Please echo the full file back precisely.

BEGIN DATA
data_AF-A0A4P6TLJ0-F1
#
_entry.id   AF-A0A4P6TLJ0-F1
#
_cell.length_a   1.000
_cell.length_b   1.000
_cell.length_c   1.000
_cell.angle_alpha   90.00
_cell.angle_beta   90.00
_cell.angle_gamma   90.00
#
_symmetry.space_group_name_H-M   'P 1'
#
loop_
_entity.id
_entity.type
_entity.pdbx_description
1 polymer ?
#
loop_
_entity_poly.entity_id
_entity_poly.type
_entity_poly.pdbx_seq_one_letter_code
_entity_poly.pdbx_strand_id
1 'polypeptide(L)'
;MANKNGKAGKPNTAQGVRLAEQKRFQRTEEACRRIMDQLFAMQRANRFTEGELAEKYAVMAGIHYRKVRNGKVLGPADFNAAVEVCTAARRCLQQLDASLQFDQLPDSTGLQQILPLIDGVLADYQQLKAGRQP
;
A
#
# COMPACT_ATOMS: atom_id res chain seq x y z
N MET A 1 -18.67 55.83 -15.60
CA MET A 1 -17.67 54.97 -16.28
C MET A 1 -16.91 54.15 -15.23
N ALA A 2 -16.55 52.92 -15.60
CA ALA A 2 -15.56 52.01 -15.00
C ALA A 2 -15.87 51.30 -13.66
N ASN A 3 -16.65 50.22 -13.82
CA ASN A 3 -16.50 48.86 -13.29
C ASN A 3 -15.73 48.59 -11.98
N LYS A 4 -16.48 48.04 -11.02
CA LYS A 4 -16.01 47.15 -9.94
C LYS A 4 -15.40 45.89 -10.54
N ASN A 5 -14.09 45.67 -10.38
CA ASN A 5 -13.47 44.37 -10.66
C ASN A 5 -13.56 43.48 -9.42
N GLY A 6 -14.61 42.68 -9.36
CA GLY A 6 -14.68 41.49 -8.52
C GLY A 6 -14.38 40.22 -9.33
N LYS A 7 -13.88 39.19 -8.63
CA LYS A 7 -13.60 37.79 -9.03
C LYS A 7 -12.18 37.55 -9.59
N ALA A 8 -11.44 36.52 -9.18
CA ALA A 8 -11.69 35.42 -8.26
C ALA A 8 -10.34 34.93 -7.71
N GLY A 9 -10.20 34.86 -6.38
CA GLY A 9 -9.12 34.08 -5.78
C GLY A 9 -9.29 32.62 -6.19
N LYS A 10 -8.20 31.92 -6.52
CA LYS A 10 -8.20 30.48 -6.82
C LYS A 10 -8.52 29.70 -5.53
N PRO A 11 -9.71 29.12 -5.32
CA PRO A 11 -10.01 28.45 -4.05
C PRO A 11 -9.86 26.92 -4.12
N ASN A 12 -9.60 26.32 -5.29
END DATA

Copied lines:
data_AF-A0A4P6TLJ0-F1
#
_entry.id   AF-A0A4P6TLJ0-F1
#
_cell.length_a   1.000
_cell.length_b   1.000
_cell.length_c   1.000
_cell.angle_alpha   90.00
_cell.angle_beta   90.00
_cell.angle_gamma   90.00
#
_symmetry.space_group_name_H-M   'P 1'
#
loop_
_entity.id
_entity.type
_entity.pdbx_description
1 polymer ?
#
loop_
_entity_poly.entity_id
_entity_poly.type
_entity_poly.pdbx_seq_one_letter_code
_entity_poly.pdbx_strand_id
1 'polypeptide(L)'
;MANKNGKAGKPNTAQGVRLAEQKRFQRTEEACRRIMDQLFAMQRANRFTEGELAEKYAVMAGIHYRKVRNGKVLGPADFNAAVEVCTAARRCLQQLDASLQFDQLPDSTGLQQILPLIDGVLADYQQLKAGRQP
;
A
#
# COMPACT_ATOMS: atom_id res chain seq x y z
N MET A 1 -18.67 55.83 -15.60
CA MET A 1 -17.67 54.97 -16.28
C MET A 1 -16.91 54.15 -15.23
N ALA A 2 -16.55 52.92 -15.60
CA ALA A 2 -15.56 52.01 -15.00
C ALA A 2 -15.87 51.30 -13.66
N ASN A 3 -16.65 50.22 -13.82
CA ASN A 3 -16.50 48.86 -13.29
C ASN A 3 -15.73 48.59 -11.98
N LYS A 4 -16.48 48.04 -11.02
CA LYS A 4 -16.01 47.15 -9.94
C LYS A 4 -15.40 45.89 -10.54
N ASN A 5 -14.09 45.67 -10.38
CA ASN A 5 -13.47 44.37 -10.66
C ASN A 5 -13.56 43.48 -9.42
N GLY A 6 -14.61 42.68 -9.36
CA GLY A 6 -14.68 41.49 -8.52
C GLY A 6 -14.38 40.22 -9.33
N LYS A 7 -13.88 39.19 -8.63
CA LYS A 7 -13.60 37.79 -9.03
C LYS A 7 -12.18 37.55 -9.59
N ALA A 8 -11.44 36.52 -9.18
CA ALA A 8 -11.69 35.42 -8.26
C ALA A 8 -10.34 34.93 -7.71
N GLY A 9 -10.20 34.86 -6.38
CA GLY A 9 -9.12 34.08 -5.78
C GLY A 9 -9.29 32.62 -6.19
N LYS A 10 -8.20 31.92 -6.52
CA LYS A 10 -8.20 30.48 -6.82
C LYS A 10 -8.52 29.70 -5.53
N PRO A 11 -9.71 29.12 -5.32
CA PRO A 11 -10.01 28.45 -4.05
C PRO A 11 -9.86 26.92 -4.12
N ASN A 12 -9.60 26.32 -5.29